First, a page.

Source: (2007) Paper presented at the annual meeting of the AMERICAN SOCIETY OF CRIMINOLOGY, Atlanta Marriott Marquis, Atlanta, Georgia, Nov 14, 2007.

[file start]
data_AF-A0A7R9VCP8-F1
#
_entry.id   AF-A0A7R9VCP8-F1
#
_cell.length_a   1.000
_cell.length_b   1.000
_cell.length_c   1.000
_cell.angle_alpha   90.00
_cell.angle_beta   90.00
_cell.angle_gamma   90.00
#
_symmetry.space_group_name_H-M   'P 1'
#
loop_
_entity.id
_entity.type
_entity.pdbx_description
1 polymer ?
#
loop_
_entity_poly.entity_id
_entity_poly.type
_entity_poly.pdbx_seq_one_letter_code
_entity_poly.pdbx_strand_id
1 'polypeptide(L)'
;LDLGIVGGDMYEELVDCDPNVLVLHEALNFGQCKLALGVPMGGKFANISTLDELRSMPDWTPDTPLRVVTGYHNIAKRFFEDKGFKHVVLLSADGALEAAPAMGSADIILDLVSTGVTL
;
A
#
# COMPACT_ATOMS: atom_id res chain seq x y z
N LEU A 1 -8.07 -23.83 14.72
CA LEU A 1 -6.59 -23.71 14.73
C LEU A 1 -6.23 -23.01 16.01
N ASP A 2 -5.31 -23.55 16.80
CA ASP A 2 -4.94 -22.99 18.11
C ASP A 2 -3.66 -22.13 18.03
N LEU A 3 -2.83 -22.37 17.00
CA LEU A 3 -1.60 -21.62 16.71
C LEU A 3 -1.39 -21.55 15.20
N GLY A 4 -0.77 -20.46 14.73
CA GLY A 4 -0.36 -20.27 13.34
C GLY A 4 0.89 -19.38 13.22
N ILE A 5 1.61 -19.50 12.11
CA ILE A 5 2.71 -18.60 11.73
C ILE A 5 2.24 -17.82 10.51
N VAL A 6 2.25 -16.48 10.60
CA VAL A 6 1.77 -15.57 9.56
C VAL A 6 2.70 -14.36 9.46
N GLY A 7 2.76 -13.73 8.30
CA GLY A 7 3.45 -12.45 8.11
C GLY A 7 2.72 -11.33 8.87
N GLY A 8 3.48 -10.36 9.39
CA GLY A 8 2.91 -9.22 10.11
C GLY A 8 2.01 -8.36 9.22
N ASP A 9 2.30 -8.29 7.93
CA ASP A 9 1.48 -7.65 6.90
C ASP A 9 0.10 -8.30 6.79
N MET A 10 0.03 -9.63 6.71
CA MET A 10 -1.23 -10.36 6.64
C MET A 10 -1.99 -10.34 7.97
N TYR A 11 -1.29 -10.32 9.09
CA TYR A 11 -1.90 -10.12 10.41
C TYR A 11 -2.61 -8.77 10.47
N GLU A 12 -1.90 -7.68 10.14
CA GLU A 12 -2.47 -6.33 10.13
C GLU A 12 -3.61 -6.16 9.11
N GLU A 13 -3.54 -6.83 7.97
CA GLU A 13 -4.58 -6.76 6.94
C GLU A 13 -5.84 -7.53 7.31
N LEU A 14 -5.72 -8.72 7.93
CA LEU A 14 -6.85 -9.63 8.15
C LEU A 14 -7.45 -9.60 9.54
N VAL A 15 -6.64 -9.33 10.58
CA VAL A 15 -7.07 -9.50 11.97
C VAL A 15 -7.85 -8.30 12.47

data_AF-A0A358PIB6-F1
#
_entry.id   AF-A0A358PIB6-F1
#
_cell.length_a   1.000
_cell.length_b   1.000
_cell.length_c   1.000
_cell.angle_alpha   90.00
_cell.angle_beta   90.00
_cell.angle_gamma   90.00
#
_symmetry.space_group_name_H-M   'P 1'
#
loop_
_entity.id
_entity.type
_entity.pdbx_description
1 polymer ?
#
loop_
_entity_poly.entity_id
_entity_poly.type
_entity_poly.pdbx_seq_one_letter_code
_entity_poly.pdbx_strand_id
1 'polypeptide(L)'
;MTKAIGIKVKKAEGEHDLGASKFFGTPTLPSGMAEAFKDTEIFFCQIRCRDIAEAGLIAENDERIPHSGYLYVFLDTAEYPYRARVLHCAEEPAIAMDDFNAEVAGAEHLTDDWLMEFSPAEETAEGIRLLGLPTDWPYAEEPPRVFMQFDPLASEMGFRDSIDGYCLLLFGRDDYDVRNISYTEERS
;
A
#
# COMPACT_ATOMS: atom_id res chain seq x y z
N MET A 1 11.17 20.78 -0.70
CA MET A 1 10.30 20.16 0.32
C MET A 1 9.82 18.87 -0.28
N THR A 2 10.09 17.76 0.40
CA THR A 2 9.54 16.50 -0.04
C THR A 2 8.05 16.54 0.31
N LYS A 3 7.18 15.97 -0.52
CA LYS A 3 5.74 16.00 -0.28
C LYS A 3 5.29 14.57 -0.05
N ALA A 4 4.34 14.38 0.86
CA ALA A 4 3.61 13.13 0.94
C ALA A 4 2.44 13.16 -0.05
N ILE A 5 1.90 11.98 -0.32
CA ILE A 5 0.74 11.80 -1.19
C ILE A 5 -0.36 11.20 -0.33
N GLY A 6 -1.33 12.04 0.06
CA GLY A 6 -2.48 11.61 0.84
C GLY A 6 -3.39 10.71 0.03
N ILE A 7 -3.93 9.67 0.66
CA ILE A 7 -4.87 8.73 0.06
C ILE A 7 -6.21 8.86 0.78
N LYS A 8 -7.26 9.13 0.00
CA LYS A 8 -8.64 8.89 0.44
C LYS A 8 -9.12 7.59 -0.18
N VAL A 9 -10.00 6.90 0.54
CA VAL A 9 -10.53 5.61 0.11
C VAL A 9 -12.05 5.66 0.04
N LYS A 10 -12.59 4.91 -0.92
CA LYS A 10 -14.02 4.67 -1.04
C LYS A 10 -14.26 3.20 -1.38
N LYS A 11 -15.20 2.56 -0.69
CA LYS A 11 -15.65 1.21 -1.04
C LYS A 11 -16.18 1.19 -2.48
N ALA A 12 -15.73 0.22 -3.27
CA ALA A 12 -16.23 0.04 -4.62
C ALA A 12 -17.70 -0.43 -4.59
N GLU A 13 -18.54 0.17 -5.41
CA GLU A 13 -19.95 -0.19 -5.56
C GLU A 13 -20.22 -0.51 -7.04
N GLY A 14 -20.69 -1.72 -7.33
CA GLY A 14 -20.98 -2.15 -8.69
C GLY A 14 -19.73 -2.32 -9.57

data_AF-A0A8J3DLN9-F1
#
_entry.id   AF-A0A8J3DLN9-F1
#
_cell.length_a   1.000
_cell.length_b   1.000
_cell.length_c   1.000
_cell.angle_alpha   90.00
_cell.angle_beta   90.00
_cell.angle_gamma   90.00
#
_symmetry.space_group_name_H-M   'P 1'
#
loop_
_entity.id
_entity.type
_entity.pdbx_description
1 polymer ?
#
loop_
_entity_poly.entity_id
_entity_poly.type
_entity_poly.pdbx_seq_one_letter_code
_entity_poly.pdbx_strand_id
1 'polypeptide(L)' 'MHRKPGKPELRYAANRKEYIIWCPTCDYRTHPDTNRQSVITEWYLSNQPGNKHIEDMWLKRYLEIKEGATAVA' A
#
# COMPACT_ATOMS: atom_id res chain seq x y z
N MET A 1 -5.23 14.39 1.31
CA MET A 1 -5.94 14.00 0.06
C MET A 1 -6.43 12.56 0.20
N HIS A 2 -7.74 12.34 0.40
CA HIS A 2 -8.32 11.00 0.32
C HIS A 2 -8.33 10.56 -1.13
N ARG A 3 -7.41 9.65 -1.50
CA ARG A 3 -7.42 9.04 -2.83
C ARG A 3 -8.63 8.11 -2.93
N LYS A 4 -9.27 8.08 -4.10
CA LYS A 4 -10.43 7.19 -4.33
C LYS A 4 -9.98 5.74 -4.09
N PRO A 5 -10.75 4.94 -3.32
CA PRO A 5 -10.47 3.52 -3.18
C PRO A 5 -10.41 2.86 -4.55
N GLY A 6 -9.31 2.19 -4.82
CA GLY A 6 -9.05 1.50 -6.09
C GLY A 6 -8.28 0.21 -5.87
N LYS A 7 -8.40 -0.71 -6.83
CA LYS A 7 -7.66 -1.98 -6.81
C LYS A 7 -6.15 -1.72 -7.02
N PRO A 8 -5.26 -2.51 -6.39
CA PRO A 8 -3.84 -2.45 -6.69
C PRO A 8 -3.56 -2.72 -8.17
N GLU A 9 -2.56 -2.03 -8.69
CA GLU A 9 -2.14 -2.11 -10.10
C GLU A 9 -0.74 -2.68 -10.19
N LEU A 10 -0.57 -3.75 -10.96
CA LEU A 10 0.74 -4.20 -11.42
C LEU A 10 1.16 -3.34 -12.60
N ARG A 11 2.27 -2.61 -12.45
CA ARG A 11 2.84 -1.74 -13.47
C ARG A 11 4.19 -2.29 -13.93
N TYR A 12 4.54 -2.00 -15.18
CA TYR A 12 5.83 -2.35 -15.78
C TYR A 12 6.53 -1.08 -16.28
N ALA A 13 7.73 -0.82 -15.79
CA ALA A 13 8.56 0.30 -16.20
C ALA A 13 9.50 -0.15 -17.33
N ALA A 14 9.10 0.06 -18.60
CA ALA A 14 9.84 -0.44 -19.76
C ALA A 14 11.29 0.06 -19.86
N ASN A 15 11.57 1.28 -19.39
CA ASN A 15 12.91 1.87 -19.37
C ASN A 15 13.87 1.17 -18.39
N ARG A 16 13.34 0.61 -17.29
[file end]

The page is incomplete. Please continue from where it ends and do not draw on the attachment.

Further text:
In an effort to support restorative justice at the United Nations, the Working Party on Restorative Justice conducted a Delphi process in 1996 to explore the degree to which there was a consensus among scholars on the meaning of the terms (McCold, 1998). This paper revisits the theoretical debate and reconsiders the status of the academic field a decade later. After reviewing the major threads in the evolution of restorative justice, it is shown that developments toward a generally accepted theoretical consensus have made little progress. Some reasons for this lack of development are suggested and the primary impediments to future development are considered. The author proposes a set of general requirements for an initial theoretical foundation and postulates a need-based barebones theory. The author invites interested academics to challenge this structure and encourages broad collaboration in fleshing out a full-fledged theory of restorative justice. (author’s abstract)
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